And today, this is what we are measuring. The upper part, what we used to do all the way up to 2010, and this is the addition including Th1, Th2, the ratios, T-Reg cell, Th17, and the ratios that we are doing today, which is the major breakthrough. And by the way, this is done in many research laboratories, but Cyrex is the only clinical laboratory doing the lymphocyte immunophenotyping, including all of these, which we call it comprehensive immunophenotyping, or the lymphocyte map. So let’s go back to COVID profiling, deep immune profiling of COVID patients, and talking about distinct immuno type with therapeutic implications. And Dr. Weitz, if I need to stop for 30 seconds after this message, you are more than welcome to interject something in here.

Dr. Weitz:                            Okay.

Dr. Vojdani:                        Because the message is extremely important because what they found that when they looked at several hundred of patients with COVID during hospitalization, they found one subgroup, they had hypo activation of the immune system, low white blood cell count, low lymphocyte, low CD-4, low CD-8, low Th17, low Th1, low Th… Everything was low.  Second group, hyperactivation of the immune system. Everything was elevated. And you’ll see some examples. And the third group were comparable… They had COVID, but they were comparable to healthy people. Their immune system was comparable to healthy people. So the question I’m putting in here, and I had COVID, I was hospitalized for four days. So how come, even until today, all patients with COVID are treated with the same cocktail of medication.

Dr. Weitz:                            Well, when all you have is a hammer and we use the hammer for every job you have.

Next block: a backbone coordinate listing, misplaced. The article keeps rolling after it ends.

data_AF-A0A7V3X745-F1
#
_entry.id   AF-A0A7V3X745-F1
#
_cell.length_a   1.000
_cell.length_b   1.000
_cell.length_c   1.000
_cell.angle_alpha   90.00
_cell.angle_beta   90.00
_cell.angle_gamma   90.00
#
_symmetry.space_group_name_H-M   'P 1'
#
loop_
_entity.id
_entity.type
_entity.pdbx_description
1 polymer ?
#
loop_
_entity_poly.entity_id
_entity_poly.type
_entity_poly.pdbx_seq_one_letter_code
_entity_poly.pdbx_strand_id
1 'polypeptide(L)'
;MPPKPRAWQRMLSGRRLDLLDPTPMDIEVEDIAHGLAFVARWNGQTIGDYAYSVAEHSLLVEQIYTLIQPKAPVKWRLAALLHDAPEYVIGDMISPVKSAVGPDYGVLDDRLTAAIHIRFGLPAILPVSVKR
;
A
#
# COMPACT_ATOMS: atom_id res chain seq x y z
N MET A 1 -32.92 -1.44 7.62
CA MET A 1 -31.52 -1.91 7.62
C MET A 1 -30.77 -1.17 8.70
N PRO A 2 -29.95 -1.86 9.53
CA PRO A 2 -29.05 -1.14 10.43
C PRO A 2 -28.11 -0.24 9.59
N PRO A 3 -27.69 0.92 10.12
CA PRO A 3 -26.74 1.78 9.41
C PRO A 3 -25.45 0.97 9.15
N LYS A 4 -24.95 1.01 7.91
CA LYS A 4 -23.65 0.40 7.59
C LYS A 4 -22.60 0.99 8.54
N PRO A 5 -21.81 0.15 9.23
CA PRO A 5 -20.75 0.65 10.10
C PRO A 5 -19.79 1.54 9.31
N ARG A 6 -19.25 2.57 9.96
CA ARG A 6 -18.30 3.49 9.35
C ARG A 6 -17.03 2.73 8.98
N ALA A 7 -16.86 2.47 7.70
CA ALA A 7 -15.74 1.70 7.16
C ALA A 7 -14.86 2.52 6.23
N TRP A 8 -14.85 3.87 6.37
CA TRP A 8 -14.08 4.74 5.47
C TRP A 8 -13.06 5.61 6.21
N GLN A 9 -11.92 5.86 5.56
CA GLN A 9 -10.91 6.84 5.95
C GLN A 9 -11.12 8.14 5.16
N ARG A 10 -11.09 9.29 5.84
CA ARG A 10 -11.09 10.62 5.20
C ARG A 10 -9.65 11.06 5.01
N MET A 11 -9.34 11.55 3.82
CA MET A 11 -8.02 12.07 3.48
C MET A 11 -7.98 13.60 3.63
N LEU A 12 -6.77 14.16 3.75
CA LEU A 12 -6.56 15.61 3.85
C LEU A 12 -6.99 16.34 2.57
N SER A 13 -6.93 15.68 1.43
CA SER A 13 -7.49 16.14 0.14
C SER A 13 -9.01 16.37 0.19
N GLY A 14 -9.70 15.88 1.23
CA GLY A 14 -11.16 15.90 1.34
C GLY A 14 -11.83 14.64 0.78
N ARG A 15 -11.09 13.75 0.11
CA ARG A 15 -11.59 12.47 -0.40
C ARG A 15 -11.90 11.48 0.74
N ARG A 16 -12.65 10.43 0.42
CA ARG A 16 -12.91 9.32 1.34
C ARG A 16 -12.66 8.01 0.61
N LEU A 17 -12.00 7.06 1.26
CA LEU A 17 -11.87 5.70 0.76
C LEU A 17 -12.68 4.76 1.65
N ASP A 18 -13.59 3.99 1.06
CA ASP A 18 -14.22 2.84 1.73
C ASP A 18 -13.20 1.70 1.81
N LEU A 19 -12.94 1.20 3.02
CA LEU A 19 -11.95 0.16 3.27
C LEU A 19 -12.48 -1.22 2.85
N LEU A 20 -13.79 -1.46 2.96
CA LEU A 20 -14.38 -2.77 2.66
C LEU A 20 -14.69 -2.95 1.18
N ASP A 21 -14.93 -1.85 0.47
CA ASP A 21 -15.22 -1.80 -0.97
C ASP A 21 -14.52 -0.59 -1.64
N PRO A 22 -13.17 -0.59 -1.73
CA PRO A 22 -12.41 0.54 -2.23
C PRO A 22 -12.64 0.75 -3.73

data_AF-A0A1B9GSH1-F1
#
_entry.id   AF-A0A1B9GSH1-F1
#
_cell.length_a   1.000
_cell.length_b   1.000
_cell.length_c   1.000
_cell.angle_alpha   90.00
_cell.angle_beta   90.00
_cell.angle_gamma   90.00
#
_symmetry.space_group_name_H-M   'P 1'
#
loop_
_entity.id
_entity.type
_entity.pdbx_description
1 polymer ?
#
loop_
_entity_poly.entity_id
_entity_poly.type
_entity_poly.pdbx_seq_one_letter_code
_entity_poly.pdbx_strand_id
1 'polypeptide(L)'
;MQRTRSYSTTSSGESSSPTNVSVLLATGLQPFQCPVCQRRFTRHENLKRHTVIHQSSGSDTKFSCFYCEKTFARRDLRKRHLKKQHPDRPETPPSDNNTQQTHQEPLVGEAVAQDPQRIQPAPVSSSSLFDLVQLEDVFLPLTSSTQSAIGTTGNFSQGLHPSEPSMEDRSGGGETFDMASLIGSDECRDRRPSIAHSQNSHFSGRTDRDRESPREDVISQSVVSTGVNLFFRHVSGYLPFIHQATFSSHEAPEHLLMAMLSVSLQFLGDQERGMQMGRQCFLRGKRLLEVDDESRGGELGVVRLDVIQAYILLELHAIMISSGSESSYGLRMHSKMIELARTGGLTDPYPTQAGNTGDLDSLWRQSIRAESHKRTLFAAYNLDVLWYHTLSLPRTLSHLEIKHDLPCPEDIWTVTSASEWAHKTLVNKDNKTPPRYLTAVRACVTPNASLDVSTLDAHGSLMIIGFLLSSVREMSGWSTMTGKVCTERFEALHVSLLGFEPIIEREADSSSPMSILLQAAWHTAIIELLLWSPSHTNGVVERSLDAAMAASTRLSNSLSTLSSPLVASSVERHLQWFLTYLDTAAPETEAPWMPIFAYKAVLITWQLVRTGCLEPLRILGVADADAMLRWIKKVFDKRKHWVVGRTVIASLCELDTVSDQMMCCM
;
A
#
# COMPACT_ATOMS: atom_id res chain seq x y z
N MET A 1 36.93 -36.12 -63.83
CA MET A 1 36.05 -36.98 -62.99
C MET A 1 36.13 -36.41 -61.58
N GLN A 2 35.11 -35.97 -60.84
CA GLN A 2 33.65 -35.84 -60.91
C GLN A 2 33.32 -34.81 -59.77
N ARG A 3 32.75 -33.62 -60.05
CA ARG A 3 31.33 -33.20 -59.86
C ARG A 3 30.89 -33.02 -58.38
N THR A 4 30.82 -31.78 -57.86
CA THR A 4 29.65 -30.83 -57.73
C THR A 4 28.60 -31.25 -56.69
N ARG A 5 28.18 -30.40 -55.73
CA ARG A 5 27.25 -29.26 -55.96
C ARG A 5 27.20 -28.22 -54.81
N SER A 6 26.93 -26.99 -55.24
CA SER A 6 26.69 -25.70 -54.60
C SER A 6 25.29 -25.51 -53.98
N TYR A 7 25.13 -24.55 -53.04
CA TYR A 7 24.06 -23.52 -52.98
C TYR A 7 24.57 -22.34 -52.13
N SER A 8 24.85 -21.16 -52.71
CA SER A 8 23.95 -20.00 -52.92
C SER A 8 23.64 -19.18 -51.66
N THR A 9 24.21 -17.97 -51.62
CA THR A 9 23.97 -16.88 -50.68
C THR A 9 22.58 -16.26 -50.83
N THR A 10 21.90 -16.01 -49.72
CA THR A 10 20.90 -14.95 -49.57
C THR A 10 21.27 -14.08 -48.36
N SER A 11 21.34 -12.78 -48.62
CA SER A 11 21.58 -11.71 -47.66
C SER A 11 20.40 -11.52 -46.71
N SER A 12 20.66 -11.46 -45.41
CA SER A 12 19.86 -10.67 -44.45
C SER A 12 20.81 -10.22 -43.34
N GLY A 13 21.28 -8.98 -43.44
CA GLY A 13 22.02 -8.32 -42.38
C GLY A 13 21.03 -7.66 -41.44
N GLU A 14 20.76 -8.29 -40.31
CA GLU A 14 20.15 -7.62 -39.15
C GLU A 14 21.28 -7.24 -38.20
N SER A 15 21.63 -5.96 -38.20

Dr. Vojdani:                        Yeah. So we realize, or we know we appreciate that personalized treatment. And if you read this sentence right here, these immunotypes may have implication for design of therapeutics and vaccines for COVID 19. This was published more than a year ago.

Dr. Weitz:                            Now, what about we hear all the time, the real risk of severe COVID has to do with this cytokine storm that happens in the lungs, and so that’s the reason, I think, for using the dexamethasone is that everybody with severe COVID has this cytokine storm is extreme inflammatory process that we’re trying to intervene in.

Dr. Vojdani:                        I will have an answer for you. First of all, there are lots of articles, and you’ll see in my continuation of my presentation, that the one with low white blood cell counts, low lymphocyte, low CD-4, low CD-8, it makes sense. When you don’t have enough soldiers to fight for you, then the body’s not going to survive. The cytokines storm and other… Whatever factors produced by these few lymphocytes in our body. So the one who did not survive in the hospitals were the one who were suffering from hypoactivation of the immune system, not hyperactivation of immune system, relatively. Okay. So let’s continue. So here example, this article, I think published very, very recently.

Dr. Weitz:                            But by the way, you’re saying that patients had low white blood cells prior to getting COVID, not that their white blood cells got low after getting COVID.

Dr. Vojdani:                        They say at the time of hospitalization. So obviously they had probably low white blood cell counts and low lymphocytes before.

Dr. Weitz:                            Right.

Dr. Vojdani:                        I believe so. Yes. So here example, and in this article, they found that the threshold for T-cell was 400, CD-200, and again, we used to say individual with less than 400 CD-4 cell, they may have AIDS. Now they reduce that to 200. So this is the extreme, CD-8 less than 100, B-cell, less than one to 20. And I believe that also is less than 100. So conclusion, the results of this study suggest that evaluation of peripheral blood lymphocyte in COVID 19 patients could be valuable in the study of the immune responses to the disease and the prognostication and of the outcome. So if you have a picture like this, the probability of surviving the virus is very low. But in individual with hyper activation of the immune system, even you have cytokines store, the probability of surviving the disease is much, because you have so many soldiers that are fighting for you.

Okay. So let’s look at some examples. So this is my own blood. Okay. So what are we looking at? This is before COVID. White blood count, very nice, total lymphocyte, beautiful, and B and T-cell ratio 5.6, CD-4 CD-8 ratio 2.7, and you’ll see the normal ranges, Th1, Th2, 3.9, right in the middle, Th-17, T-Rex 1.5 again, in the middle, and NK cytotoxic, NK normal, I had few extra NKT cell, which I don’t think in here cause any problem in my body.